Rio police are clearly not helping. Research shows that warlike invasions of places like Maré – primarily carried out by the military police – do not provide any positive or sustainable results. Instead, the raids create widespread fear, injure or kill innocent bystanders, and kill people: both suspects and police officers.

The day after the invasion, the old “order” is restored. Nothing changes, it only deteriorates.

Such raids leave not only a trail of blood in their wake, but also create hatred, resentment and a deep distrust of government institutions. Little by little, the image of the Rio police has become dissociated from the notions of justice and protection.

Brazil has been trying unsuccessfully to quell crime with militarized law enforcement for decades, but governments remain immune to criticism from the local population and international human rights organizations.

Of course, there is no easy solution. Definitive change in Maré would require profound socioeconomic and cultural changes across Brazil. This involves addressing the country’s structural racism, abysmal inequality and social stigma that all but justifies abusive state treatment of its poorest.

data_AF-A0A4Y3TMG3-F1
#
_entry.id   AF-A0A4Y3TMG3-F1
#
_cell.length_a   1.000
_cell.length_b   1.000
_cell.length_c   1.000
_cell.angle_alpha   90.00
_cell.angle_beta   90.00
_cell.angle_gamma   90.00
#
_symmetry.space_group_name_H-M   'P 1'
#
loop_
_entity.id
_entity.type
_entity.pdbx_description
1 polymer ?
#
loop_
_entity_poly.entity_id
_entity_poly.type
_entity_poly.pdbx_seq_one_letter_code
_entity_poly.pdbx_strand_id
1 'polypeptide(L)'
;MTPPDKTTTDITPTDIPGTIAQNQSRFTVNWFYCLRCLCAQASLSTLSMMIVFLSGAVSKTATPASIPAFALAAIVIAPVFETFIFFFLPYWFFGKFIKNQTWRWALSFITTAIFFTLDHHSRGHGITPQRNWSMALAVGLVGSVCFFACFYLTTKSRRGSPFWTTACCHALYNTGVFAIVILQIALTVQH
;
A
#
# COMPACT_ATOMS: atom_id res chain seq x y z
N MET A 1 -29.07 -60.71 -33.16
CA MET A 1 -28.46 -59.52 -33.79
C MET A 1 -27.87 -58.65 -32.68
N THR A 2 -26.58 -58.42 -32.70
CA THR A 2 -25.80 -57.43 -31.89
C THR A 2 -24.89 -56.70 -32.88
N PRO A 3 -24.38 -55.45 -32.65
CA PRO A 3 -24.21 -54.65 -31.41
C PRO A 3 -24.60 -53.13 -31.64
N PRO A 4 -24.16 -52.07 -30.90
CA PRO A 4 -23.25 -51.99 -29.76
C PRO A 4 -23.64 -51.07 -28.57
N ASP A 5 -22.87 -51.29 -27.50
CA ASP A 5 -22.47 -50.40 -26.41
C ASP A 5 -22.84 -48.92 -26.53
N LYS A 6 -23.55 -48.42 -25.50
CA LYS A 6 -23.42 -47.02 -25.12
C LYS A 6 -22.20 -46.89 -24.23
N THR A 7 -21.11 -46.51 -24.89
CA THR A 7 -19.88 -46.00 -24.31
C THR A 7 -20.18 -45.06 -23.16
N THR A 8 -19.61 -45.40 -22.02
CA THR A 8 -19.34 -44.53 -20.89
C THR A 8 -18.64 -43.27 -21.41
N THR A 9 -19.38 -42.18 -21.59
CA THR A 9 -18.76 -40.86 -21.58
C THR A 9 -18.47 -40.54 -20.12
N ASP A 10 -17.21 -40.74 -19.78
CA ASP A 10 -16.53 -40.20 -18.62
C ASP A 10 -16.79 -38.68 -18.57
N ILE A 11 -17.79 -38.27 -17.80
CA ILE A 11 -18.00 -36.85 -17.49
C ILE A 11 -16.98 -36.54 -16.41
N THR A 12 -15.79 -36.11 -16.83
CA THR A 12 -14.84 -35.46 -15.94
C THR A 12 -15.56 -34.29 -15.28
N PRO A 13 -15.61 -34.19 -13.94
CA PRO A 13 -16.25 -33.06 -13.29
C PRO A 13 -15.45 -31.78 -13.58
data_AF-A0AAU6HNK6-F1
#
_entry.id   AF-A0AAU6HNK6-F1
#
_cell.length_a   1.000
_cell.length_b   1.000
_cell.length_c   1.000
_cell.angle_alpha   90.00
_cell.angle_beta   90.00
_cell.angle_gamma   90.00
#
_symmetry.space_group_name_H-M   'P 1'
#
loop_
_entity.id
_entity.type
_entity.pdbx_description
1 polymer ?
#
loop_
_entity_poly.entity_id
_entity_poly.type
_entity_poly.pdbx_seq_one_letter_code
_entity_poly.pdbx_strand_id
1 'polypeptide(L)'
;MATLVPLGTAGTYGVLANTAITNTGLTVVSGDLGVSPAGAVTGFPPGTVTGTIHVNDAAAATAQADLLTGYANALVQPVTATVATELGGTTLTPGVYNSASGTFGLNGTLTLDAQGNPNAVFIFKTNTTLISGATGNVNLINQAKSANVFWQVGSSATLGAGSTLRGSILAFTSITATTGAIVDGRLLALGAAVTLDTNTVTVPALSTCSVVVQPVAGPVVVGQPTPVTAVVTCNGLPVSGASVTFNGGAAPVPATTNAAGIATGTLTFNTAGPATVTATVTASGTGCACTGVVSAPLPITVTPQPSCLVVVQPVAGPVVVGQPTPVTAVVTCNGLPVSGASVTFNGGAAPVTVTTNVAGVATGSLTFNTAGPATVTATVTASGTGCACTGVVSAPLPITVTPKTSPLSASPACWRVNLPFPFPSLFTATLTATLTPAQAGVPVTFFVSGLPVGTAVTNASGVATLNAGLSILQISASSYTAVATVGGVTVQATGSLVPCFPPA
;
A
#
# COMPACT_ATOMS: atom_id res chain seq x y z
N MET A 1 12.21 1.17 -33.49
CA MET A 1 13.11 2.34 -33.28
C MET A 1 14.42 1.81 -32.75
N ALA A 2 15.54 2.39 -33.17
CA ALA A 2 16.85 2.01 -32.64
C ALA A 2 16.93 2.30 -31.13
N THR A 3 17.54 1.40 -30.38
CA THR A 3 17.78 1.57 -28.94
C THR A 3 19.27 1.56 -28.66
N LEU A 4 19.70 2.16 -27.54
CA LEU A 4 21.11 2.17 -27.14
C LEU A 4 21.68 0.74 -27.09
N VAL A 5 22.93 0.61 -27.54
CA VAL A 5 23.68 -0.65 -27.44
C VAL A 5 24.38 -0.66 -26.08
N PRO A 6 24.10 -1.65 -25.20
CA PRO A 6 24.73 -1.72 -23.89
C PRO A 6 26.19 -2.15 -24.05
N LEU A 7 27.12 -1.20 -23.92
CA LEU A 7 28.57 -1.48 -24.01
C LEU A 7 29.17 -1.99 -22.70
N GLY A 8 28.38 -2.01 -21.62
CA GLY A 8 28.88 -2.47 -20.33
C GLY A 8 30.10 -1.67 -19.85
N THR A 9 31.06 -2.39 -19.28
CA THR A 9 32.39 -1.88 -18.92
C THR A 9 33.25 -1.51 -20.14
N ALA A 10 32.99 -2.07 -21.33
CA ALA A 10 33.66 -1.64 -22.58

As the author Luiz Eduardo Soares has pointed out “police brutality wouldn’t exist if society didn’t allow it”. Public opinion and the media sanction these killings, otherwise the government could not keep deploying its resources against its own people. The same holds for prosecutors and justice officials who let police violence go unpunished.

Will the children of Maré get vaccinated safely this Saturday? Will the interns return to the Casa das Mulheres next weekend without fear? At this point, we can only hope.

Miriam Krenzinger is a Criminal Science Professor and Researcher on Crime Prevention and Human Rights at Universidade Federal do Rio de Janeiro.

This article was co-authored by Eliana Sousa Silva, PhD, executive director of the community organization Redes da Maré.

Disclosure statement:

Miriam Krenzinger does not work for, consult, own shares in or receive funding from any company or organization that would benefit from this article, and has disclosed no relevant affiliations beyond the academic appointment above.

This article was originally published in The Conversation. Read the original article here: